Who would want to start gardening after reading this?

The last time I was in England, 1979

The last time I was in England, 1979. It was The Queens “Silver Jubilee.”

There is a “Great British Garden Revival” going on! To help novice gardeners The Telegraph published some timely tips from The RHS (Royal Horticultural Society). It’s titled, “What to do in the garden in December”. Let’s get started looking at it from a novices point of view.

“Feed the birds! Although they benefit from having food put out for them all year round, birds need a high-fat boost to their diet during the winter. Feed regularly so they will not waste vital energy visiting your garden when there is nothing for them.”  It is a new garden so there is not much in it. I don’t want the birds to go hungry and die. Let’s pick up some seed later. Next!

Wage war on aphids. Some species remain active in mild winters or on indoor plants. But most overwinter as eggs, often on dormant deciduous fruit trees and bushes. These can be treated with a plant oil winter wash (Growing Success Winter Tree Wash or Vitax Winter Tree Wash).” Good grief! I don’t want dying birds, and I hate war. What are aphids, and how does washing my trees do any good? They seem clean enough. Next!

Christmas trees, are now available. Choose from a cut, container-grown or containerised specimen. Those grown on in pots may only live for a few years – they are not naturally suited to permanent pot cultivation.” Specimens? That sounds like an unpleasant trip to the doctor. I wanted to buy a live Christmas tree to plant in my new garden, but if they only live a few years? I’ll just pick up a dying one at the supermarket. This gardening stuff sure is time consuming, and confusing. There’s more?

“If you want to move established deciduous trees and shrubs to another part of the garden, now is a good time. Choose a calm, dull day to help prevent roots from drying out.” I have to wait for a “dull day”? Why can’t I do it on a beautiful day? Deciduous? Next!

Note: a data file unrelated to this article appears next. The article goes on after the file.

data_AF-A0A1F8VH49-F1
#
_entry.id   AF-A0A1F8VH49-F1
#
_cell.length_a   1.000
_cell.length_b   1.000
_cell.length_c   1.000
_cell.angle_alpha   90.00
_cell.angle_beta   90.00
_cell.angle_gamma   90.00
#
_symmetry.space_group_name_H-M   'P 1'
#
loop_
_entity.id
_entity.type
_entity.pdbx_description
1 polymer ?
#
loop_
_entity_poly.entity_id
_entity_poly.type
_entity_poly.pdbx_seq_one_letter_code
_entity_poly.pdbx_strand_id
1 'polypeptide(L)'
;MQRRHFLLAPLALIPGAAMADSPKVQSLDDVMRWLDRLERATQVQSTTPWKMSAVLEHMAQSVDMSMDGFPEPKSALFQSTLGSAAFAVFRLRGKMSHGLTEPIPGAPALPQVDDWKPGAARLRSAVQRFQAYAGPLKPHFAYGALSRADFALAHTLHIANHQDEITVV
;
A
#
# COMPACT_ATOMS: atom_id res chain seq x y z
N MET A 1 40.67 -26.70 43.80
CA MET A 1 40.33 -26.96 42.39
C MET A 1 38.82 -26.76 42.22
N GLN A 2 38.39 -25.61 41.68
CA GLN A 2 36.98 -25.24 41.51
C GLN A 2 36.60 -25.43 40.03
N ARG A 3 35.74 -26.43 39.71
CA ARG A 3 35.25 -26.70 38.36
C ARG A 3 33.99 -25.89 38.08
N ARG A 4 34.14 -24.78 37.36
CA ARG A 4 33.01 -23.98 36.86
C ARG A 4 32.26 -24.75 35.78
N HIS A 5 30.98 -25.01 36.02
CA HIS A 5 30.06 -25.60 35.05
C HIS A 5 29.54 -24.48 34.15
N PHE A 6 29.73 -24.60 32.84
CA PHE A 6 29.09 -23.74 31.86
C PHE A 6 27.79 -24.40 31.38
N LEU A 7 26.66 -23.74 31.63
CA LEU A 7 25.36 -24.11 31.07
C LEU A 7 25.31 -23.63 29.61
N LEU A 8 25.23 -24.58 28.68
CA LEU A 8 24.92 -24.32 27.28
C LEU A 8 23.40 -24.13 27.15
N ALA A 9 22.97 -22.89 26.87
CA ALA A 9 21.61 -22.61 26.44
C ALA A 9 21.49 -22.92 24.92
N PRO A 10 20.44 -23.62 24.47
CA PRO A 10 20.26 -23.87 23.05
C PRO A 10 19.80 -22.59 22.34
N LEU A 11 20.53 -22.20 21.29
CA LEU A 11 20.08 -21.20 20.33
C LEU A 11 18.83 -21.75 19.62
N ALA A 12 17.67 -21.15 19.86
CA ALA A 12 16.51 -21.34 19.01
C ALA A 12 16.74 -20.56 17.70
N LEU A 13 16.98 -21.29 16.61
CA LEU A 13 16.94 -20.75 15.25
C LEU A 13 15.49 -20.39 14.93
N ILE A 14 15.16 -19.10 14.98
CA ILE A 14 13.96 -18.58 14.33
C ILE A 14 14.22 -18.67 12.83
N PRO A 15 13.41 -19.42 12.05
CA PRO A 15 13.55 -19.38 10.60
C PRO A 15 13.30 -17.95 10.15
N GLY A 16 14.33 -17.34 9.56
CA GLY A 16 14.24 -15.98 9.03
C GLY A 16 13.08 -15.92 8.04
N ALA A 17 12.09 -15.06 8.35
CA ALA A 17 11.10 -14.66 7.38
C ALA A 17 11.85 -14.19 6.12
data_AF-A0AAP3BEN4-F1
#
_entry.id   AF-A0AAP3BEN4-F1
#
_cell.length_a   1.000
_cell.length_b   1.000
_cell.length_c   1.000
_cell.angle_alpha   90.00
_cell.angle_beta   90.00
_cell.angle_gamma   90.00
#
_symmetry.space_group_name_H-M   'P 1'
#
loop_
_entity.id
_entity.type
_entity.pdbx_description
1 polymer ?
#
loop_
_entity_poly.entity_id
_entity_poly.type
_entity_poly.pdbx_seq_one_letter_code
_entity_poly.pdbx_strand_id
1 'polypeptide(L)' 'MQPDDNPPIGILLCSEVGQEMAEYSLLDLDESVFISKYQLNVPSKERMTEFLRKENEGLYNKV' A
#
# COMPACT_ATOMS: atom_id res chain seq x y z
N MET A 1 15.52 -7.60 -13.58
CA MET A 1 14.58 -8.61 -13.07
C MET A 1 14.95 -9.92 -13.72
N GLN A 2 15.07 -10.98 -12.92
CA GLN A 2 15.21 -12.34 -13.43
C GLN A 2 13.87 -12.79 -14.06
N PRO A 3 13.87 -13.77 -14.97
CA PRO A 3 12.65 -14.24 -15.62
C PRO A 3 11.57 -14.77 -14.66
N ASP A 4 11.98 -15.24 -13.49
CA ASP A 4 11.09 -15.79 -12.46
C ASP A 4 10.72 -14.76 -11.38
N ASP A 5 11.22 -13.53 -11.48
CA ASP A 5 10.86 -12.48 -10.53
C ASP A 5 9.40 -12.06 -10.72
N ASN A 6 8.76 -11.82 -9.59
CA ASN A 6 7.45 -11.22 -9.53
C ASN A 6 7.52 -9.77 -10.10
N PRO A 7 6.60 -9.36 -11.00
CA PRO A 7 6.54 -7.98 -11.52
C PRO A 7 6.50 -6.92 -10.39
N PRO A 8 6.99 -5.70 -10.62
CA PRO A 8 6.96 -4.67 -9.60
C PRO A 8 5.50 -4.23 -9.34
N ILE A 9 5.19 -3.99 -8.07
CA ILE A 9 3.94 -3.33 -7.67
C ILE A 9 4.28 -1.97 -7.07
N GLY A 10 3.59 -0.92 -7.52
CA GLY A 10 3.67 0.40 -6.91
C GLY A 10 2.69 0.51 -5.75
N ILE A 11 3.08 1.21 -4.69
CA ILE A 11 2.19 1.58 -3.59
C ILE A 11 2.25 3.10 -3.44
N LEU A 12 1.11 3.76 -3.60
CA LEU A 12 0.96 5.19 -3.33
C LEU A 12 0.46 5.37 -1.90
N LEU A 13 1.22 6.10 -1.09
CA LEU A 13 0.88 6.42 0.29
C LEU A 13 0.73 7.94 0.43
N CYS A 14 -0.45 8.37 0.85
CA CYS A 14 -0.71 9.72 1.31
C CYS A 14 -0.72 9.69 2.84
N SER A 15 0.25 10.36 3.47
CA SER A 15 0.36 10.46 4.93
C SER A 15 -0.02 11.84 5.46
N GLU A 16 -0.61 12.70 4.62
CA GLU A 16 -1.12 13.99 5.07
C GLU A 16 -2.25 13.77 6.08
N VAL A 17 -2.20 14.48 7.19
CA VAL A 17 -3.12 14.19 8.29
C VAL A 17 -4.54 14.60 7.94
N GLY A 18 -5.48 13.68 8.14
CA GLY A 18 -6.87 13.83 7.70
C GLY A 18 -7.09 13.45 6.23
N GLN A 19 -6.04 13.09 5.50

“Check recommended times for pruning trees, shrubs and climbers. Prune ornamental and edible grape vines, hornbeam, walnut and mulberry, and if necessary, maple and birch before Christmas to prevent bleeding from pruning cuts.” Before Christmas!?! How do I know if it’s necessary to prune maples and birch? That does it. I am not going to spend a dull day, washing the trees, only to watch them bleed. Meanwhile the birds are falling to the ground because I forgot to feed them? Gardening with “specimens”? No thank you.  I wanted to participate, but this garden revival stuff sounds like a bunch of hard, miserable work. War? You know, my husband wants to pave over the front yard and be done with it. I wonder…

I am sure the folks at The RHS mean well, but if this is what is recommended to the public is it any wonder Britain needs a “garden revival”? I am not picking on The British, as we have the same issues here in The States. Perhaps we just need to quit being so helpful, and trying to include every last thing someone could do? Start with changing the horticultural terms like “containerized specimen”, bleeding trees”, “plant oil winter wash”, “deciduous”, and “ornamental”. “Waging war” is a term best left at the garden gate. “Permanent pot cultivation”? Maybe people just wanted to grow a little pot during the summer, not permanently?  To encourage people into the garden, we need to look at how we describe what we do in the garden. Step back, and look at gardening from the novices point of view. Let’s not scare them away with war, specimens, and hungry birds.

 


About Trey Pitsenberger

Trey is a nurseryman, author, and speaker.

12. December 2013 by Trey Pitsenberger
Categories: | Tags: , , , , , | 2 comments

Comments (2)

  1. Hilarious! Well, the Brits do think a lot differently than we do. Personally, I never prune anything until February, when they are good and dormant and not likely to bleed. Poor dead birds. Luckily, we get migratory birds in FL during our growing season (winter), so we don’t really have to feed them too much, but I still put out seeds every now and again as a treat. Haven’t found any dead ones yet.

    • Deborah,
      I got such a kick out of reading that advice. You and I understand what they’er saying but pity the poor newbie. They make it sound like the poor birds won’t find anything to eat if you don’t feed them. They usually manage just fine without our help, though it is fun to feed them now and then.
      Thanks.